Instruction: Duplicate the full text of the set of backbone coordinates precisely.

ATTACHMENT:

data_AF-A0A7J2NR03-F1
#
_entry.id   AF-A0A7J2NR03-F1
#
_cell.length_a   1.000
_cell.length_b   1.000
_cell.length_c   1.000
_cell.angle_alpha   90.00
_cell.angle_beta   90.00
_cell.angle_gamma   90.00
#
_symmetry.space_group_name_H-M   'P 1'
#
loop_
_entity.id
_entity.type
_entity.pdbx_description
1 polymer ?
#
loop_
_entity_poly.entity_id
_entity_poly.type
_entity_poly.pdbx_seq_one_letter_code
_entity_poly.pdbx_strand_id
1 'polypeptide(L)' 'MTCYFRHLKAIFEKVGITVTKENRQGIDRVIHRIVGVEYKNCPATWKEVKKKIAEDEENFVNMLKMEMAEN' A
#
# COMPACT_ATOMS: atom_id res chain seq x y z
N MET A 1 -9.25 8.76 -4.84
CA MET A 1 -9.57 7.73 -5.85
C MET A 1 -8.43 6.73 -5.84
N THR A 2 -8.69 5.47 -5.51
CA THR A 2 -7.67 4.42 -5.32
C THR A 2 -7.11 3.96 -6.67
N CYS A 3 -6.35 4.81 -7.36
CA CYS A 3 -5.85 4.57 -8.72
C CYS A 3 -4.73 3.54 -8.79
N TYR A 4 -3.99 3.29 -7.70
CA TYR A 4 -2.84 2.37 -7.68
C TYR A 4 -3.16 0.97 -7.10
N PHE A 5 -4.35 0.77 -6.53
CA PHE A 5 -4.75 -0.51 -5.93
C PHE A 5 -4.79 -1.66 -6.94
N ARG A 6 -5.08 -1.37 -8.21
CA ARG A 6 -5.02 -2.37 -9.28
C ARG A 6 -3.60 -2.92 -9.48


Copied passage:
data_AF-A0A7J2NR03-F1
#
_entry.id   AF-A0A7J2NR03-F1
#
_cell.length_a   1.000
_cell.length_b   1.000
_cell.length_c   1.000
_cell.angle_alpha   90.00
_cell.angle_beta   90.00
_cell.angle_gamma   90.00
#
_symmetry.space_group_name_H-M   'P 1'
#
loop_
_entity.id
_entity.type
_entity.pdbx_description
1 polymer ?
#
loop_
_entity_poly.entity_id
_entity_poly.type
_entity_poly.pdbx_seq_one_letter_code
_entity_poly.pdbx_strand_id
1 'polypeptide(L)' 'MTCYFRHLKAIFEKVGITVTKENRQGIDRVIHRIVGVEYKNCPATWKEVKKKIAEDEENFVNMLKMEMAEN' A
#
# COMPACT_ATOMS: atom_id res chain seq x y z
N MET A 1 -9.25 8.76 -4.84
CA MET A 1 -9.57 7.73 -5.85
C MET A 1 -8.43 6.73 -5.84
N THR A 2 -8.69 5.47 -5.51
CA THR A 2 -7.67 4.42 -5.32
C THR A 2 -7.11 3.96 -6.67
N CYS A 3 -6.35 4.81 -7.36
CA CYS A 3 -5.85 4.57 -8.72
C CYS A 3 -4.73 3.54 -8.79
N TYR A 4 -3.99 3.29 -7.70
CA TYR A 4 -2.84 2.37 -7.68
C TYR A 4 -3.16 0.97 -7.10
N PHE A 5 -4.35 0.77 -6.53
CA PHE A 5 -4.75 -0.51 -5.93
C PHE A 5 -4.79 -1.66 -6.94
N ARG A 6 -5.08 -1.37 -8.21
CA ARG A 6 -5.02 -2.37 -9.28
C ARG A 6 -3.60 -2.92 -9.48